10 Songs, 36 Minutes

EDITORS’ NOTES

After years of toiling on the touring circuit, Don Dokken and company released their debut album. Breaking the Chains was originally released in Germany in 1982, but was remixed and reconfigured to its present form when Elektra signed the band in 1983. The title track sets the tone for the album, and shows the influence of the Scorpions, for whom Don Dokken had previously provided backing vocals. The band is still honing its personality here — the effect of Breaking the Chains is more club rock than stadium ready — but still they prove their chops amidst a sea of hair metal hopefuls. They could provide chugging headbangers (“Stick to Your Guns”), the blitzkrieg energy of Van Halen (“Live to Rock (Rock to Live)”), and the candied power pop of Cheap Trick (“I Can’t See You”). “Nightrider” even shows that Dokken could muster a moody brand of adult-oriented rock. But the most crucial track of all is a live bonus cut that Elektra added when they repressed the record. Taped at a 1982 tour stop in Berlin, “Paris Is Burning” is a tremendous performance that confirms George Lynch’s reputation as an axe slinger on par with Eddie Van Halen.

EDITORS’ NOTES

After years of toiling on the touring circuit, Don Dokken and company released their debut album. Breaking the Chains was originally released in Germany in 1982, but was remixed and reconfigured to its present form when Elektra signed the band in 1983. The title track sets the tone for the album, and shows the influence of the Scorpions, for whom Don Dokken had previously provided backing vocals. The band is still honing its personality here — the effect of Breaking the Chains is more club rock than stadium ready — but still they prove their chops amidst a sea of hair metal hopefuls. They could provide chugging headbangers (“Stick to Your Guns”), the blitzkrieg energy of Van Halen (“Live to Rock (Rock to Live)”), and the candied power pop of Cheap Trick (“I Can’t See You”). “Nightrider” even shows that Dokken could muster a moody brand of adult-oriented rock. But the most crucial track of all is a live bonus cut that Elektra added when they repressed the record. Taped at a 1982 tour stop in Berlin, “Paris Is Burning” is a tremendous performance that confirms George Lynch’s reputation as an axe slinger on par with Eddie Van Halen.

TITLE TIME
3:51
3:43
3:08
3:11
3:39
3:13
3:55
3:14
3:25
5:07

About Dokken

At a time when the charts were ruled by pop-metal acts, Dokken was a major attraction throughout the 1980s. With vocalist Don Dokken's captivating stage presence and guitarist George Lynch's high-energy style, the band combined rockers such as "Kiss of Death" and power ballads such as "Alone Again" in order to create a number of best-selling albums.

Dokken's roots date back to the late '70s, when Lynch, along with drummer Mick Brown, teamed up with Don Dokken to form the Boyz. In 1981, Don moved to Germany and was signed to Carerre Records. The band, now simply known as Dokken, recorded and released Breaking the Chains, their first studio album, in 1983. While the record failed to retain a decent chart position in the United States, the group was immensely popular in Europe.

After a tour in Germany, Dokken was signed to Elektra Records, and Jeff Pilson became their first official bassist. In 1984, the band released Tooth and Nail, which featured the hit songs "Into the Fire," "Just Got Lucky," and "Alone Again." With heavy MTV and radio airplay, Dokken found themselves topping the charts worldwide, and Tooth and Nail eventually sold over one-million copies in the U.S. alone. Following a tour with the Scorpions, the group recorded Under Lock and Key in 1985, which had a similar success due to the hits "In My Dreams" and "It's Not Love." In 1987, the band released Back for the Attack, which featured a track they had written as the subtitle for the third Nightmare on Elm Street film, "Dream Warriors." The coinciding music video, which included scenes of the band interacting with the movie's characters, was their most popular ever, and Back for the Attack became Dokken's third record to reach platinum status. The album's subsequent tour resulted in a live compilation, Beast From the East, which was released shortly before the band broke up in 1988 due to Don Dokken's and Lynch's creative differences.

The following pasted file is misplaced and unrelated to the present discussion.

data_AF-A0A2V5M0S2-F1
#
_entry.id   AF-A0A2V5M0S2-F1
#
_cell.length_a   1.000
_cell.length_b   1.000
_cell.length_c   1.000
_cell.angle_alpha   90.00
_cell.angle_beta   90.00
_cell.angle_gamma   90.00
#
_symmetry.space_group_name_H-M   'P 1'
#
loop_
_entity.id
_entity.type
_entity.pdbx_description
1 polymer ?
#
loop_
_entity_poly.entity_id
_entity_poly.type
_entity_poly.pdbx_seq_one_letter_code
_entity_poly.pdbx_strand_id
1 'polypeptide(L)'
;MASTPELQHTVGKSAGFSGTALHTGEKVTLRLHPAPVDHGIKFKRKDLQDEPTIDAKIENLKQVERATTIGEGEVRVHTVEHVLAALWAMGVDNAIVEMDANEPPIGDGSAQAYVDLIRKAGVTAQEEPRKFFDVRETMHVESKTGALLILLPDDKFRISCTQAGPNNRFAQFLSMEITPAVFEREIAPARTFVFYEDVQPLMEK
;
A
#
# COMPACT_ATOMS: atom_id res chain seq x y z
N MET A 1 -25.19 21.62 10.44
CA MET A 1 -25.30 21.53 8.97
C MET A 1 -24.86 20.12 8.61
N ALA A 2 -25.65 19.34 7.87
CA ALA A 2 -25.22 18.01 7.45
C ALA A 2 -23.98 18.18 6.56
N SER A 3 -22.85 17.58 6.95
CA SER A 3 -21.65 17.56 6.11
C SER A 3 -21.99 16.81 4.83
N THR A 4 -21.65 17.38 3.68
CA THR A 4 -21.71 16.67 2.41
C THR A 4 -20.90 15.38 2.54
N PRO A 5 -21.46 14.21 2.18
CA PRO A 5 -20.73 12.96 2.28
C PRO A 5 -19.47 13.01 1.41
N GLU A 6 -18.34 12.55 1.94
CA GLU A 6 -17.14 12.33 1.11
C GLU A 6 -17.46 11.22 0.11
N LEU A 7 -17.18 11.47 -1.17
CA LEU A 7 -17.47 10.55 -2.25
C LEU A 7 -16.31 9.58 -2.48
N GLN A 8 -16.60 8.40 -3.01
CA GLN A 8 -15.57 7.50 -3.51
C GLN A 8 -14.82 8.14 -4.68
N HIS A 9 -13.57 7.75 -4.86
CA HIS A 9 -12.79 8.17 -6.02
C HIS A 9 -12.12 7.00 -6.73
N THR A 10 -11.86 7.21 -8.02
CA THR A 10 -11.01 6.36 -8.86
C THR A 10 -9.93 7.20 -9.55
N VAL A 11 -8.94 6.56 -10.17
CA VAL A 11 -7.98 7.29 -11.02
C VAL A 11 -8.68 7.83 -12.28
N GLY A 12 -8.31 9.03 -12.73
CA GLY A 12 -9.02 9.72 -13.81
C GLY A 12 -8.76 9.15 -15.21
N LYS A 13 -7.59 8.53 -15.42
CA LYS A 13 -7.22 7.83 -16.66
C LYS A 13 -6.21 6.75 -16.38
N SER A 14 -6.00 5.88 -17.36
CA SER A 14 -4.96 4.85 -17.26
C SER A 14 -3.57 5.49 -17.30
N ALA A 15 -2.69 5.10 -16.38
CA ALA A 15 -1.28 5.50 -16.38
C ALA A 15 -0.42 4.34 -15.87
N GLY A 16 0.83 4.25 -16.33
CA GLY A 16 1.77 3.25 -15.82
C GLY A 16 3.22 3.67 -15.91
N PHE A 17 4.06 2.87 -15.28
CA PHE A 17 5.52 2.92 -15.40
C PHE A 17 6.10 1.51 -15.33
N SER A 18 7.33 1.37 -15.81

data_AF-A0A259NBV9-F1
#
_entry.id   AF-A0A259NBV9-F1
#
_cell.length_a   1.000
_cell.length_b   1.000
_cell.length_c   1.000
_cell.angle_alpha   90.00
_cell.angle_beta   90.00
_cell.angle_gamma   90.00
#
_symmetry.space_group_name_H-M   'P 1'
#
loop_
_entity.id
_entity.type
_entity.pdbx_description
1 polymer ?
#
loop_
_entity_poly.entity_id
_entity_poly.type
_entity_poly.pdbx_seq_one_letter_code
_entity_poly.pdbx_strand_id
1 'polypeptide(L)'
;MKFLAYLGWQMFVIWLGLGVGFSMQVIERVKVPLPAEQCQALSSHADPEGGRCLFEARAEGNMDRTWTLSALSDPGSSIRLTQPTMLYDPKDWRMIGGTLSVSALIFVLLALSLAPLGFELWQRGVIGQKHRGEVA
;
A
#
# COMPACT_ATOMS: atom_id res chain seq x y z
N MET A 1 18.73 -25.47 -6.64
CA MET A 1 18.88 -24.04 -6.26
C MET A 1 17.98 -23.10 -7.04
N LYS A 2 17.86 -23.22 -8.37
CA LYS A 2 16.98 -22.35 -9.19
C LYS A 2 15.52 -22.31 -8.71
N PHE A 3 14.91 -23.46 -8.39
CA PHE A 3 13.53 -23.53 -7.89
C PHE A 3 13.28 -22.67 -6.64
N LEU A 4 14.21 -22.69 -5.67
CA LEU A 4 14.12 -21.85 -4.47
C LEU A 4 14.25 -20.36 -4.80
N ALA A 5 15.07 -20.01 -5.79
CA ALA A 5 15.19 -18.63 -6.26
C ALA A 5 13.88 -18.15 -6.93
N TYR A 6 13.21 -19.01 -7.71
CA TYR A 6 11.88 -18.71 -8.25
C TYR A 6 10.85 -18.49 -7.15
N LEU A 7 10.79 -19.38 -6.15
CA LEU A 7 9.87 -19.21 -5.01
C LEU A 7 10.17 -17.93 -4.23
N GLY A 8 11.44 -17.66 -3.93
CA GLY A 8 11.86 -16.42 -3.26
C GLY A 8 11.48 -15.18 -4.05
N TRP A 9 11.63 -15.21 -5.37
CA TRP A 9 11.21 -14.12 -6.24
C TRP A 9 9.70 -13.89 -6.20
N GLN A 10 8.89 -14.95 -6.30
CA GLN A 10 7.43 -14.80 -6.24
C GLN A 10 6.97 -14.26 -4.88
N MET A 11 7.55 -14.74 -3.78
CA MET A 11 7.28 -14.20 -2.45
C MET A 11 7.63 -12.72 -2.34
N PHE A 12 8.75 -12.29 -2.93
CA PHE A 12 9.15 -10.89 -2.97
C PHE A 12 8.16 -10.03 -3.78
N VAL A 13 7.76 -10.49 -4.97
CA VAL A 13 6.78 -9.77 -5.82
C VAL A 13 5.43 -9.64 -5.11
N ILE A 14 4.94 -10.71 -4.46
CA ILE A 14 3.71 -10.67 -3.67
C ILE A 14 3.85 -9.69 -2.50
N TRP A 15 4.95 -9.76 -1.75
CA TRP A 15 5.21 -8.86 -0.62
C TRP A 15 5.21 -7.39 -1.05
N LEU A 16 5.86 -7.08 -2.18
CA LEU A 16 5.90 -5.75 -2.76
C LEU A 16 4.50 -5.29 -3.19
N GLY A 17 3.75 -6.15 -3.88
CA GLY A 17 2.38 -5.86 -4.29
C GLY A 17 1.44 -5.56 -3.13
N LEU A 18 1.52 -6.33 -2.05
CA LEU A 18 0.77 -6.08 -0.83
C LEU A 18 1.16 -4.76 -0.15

After the disbanding of Dokken, Don pursued a solo career with Up from the Ashes, and Lynch formed the Lynch Mob, releasing an album in 1990; both releases failed to chart. In 1992, the band reunited, but it wasn't until 1995 when they signed with Columbia Records and released Dysfunctional, which was met with harsh reviews and poor sales. Tensions once again seemed to hover around the group as they recorded the live acoustic release, One Live Night, in 1996 under the CMC label. In 1997, the band released Shadowlife, which was met with a similar response to their past two recordings. In 1998, Lynch left a second time to reunite Lynch Mob, and was replaced with Winger guitarist Reb Beach for 1999's Erase the Slate. This was followed in 2000 by another concert record, Live from the Sun, which captured the Beach lineup at Anaheim's Sun Theater. Beach left the group and was replaced by John Norum, and the group recorded Long Way Home for release in the spring of 2002. In 2003, ex-Warlock guitarist Jonathan Levin and ex-Ted Nugent and Yngwie Malmsteen bassist Barry Sparks joined the group, resulting in the release of Hell to Pay the following year. The band returned to the studio in 2008 for Lightning Strikes Again. ~ Barry Weber

  • ORIGIN
    Los Angeles, CA
  • GENRE
    Rock
  • FORMED
    1978

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